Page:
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Not the Worst Friend in the World : A Librarian’s Perspective Review

I loved this! Not the Worst Friend in the World is from debut author Anne Rellihan, who clearly understands 6th grade girl drama well. Is she a 6th grade teacher? A mom of multiple girls who were once 6th graders? No idea. She knows her audience though.

Mystery
Not the Worst Friend in the World

Author: Anne Rellihan

Publication Date: February 6, 2024

Genre: mystery, realistic fiction

Setting: Catholic school in Mayfield, Missouri

Recommended for: Grades 3-7

Themes: fighting with best friend, remorse over things said, kidnapping, proving oneself, family problems, making new friends, helping others, observation notebooks, bullying, parental abandonment, depressed mother, anxiety, OCD/counting

Protagonist: female, age 11, white, 6th grader; her stepfather is Black and two half-siblings are biracial

Starred reviews: Kirkus and Booklist

Pages: 272


See it on Amazon

PUBLISHER’S SUMMARY

It’s the thirty-fourth day of sixth grade at Our Lady of Perpetual Help Catholic School in Missouri, and eleven-year-old Lou wishes she could rewind time.

Lou wants to go back to the ninth day of sixth grade—the day before she fought with her best friend Francie and said the terrible, horrible things she can’t unsay. Or better yet, she would go back to fifth grade when Francie was still the Old Francie.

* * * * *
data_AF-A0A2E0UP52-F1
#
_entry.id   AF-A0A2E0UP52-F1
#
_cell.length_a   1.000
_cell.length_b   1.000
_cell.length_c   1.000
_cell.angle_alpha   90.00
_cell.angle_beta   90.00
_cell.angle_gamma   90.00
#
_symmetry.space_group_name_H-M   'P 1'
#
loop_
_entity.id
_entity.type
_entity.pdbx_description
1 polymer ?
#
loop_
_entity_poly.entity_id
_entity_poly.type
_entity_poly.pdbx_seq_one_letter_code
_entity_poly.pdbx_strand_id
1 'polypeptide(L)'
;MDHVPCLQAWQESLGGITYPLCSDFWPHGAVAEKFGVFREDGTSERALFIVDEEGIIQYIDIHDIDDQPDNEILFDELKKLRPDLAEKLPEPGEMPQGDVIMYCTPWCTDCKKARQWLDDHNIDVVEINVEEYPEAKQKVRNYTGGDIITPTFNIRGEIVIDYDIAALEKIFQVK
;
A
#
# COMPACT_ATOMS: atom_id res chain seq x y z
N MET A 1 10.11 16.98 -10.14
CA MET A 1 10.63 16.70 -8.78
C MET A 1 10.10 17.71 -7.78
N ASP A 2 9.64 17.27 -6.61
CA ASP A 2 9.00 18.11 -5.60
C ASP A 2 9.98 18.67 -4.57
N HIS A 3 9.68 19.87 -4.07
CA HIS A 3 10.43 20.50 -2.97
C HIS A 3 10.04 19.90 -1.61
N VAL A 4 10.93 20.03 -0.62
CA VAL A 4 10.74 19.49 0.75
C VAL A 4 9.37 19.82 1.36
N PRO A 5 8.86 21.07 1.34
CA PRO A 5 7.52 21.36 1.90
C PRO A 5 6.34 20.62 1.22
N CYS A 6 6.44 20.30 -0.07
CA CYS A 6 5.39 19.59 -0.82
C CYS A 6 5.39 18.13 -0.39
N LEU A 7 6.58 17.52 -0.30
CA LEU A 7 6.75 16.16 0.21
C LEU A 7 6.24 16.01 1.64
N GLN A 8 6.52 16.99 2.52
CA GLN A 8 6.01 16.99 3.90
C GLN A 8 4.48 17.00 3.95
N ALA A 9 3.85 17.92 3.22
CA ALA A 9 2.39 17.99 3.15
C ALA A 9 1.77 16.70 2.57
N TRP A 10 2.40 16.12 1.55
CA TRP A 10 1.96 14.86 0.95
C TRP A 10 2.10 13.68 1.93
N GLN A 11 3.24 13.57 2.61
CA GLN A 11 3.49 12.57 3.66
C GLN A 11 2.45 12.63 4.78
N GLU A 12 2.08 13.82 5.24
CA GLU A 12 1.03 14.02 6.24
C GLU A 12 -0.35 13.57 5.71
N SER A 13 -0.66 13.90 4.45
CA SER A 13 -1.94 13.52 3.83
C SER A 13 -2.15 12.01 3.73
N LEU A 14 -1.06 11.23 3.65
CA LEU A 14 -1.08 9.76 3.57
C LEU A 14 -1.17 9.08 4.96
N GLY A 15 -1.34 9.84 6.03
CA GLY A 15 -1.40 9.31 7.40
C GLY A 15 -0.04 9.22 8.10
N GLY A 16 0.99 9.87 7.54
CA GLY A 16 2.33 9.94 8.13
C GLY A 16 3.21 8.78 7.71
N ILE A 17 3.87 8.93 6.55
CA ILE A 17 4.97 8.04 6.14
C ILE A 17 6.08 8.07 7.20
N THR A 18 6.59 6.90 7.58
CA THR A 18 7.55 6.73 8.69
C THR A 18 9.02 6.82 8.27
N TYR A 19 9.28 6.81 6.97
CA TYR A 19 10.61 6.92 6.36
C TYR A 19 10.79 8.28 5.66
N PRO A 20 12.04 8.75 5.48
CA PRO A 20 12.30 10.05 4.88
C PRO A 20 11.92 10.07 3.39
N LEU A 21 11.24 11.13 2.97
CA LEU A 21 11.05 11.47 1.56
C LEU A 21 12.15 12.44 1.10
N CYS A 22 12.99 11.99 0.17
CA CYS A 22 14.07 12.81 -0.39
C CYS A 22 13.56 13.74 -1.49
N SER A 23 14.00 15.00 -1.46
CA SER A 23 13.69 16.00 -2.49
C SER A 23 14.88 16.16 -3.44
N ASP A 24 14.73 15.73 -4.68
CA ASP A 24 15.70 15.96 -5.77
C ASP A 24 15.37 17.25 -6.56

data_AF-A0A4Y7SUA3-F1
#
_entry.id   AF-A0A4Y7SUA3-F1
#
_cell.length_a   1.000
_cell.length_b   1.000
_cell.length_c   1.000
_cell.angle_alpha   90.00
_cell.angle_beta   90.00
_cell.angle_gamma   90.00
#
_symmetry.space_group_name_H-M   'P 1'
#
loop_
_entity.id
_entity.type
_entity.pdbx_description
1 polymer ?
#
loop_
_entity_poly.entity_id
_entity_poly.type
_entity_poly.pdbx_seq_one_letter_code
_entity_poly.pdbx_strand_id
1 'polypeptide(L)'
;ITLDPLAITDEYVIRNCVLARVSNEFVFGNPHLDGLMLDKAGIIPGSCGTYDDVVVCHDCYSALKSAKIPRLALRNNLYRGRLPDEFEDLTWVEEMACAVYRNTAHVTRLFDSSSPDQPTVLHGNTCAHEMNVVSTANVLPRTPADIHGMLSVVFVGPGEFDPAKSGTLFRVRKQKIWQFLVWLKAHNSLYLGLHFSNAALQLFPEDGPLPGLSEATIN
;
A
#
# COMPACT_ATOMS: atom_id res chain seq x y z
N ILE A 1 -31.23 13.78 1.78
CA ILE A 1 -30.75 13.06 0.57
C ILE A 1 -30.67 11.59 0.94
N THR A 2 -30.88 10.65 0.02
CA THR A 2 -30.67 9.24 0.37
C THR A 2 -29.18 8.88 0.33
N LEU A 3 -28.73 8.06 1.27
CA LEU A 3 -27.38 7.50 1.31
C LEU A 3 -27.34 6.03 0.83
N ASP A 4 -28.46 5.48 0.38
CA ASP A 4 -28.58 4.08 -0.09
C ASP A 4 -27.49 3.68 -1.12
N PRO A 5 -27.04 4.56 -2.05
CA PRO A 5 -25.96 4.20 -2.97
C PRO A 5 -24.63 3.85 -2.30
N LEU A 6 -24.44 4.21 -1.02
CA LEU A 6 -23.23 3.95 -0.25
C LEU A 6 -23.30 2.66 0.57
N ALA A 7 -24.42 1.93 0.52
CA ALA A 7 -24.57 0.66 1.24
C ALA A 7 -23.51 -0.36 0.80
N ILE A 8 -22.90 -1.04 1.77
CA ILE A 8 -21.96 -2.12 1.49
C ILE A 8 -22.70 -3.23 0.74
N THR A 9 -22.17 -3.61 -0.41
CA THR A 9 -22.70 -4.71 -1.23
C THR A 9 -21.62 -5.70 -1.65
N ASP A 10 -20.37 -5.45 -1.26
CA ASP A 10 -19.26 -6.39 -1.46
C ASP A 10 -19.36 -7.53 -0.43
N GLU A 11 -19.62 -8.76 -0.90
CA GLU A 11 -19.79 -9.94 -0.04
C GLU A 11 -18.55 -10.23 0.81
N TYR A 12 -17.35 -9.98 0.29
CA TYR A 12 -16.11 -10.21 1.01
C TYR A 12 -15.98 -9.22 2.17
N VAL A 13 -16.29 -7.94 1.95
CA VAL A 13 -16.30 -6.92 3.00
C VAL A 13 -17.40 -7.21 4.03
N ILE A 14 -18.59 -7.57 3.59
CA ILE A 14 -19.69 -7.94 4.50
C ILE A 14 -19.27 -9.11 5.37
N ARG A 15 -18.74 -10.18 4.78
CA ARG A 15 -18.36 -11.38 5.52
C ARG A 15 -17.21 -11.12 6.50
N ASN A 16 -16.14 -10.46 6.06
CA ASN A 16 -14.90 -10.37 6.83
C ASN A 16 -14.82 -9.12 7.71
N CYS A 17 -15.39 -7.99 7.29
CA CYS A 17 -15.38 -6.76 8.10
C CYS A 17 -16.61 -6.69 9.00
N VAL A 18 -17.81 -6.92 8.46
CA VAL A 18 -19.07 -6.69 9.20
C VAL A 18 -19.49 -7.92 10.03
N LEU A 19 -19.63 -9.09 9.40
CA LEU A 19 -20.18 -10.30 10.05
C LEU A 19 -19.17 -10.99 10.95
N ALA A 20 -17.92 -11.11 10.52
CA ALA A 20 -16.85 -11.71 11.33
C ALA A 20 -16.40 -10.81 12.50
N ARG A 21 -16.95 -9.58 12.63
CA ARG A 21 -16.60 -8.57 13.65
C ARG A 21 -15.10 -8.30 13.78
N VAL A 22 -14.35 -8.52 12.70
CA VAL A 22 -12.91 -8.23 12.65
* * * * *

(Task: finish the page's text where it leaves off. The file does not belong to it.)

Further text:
Then the new girl, Cece Clark-Duncan, passes Lou a mysterious note. It says she was kidnapped. (!) If Lou can help Cece, maybe she can prove she’s not the world’s worst friend.

But as observant Lou uncovers the complicated truth about Cece’s family, she starts to panic. Can she help Cece without hurting her? Or will Lou end up losing another friend instead?

THE SHORT VERSION

Wonderful! Highly recommended for Grades 3-7.

WHAT I LIKED

It’s authentic! The author really understands sixth grade girls and the friend drama that often occurs in middle school. We have Louise (Lou), who has a nice, supportive family and isn’t quite ready to wear make-up or flirt with boys.

Her former best friend is Francie, whose mother is likely dealing with depression. While the mother does live at home with Francie, she is emotionally absent and described as “sleeping or praying” all the time.

At the beginning of the story, we learn that Francie and Lou had a major falling out a few weeks ago. We don’t know exactly what happened except that Lou feels a lot of guilt over the terrible things she said to Francie. These come to light at the end, but for most of the book, we don’t know what terrible things Lou said to Francie.

Anyway, we add in a new student, Cece, who believes her father has kidnapped her. Lou befriends Cece and tries to help her figure out what happened to her mother and why her mother has not contacted her in weeks. This all sets up a dynamic with Francie, who seems jealous of Lou’s new friend and tries to befriend her herself.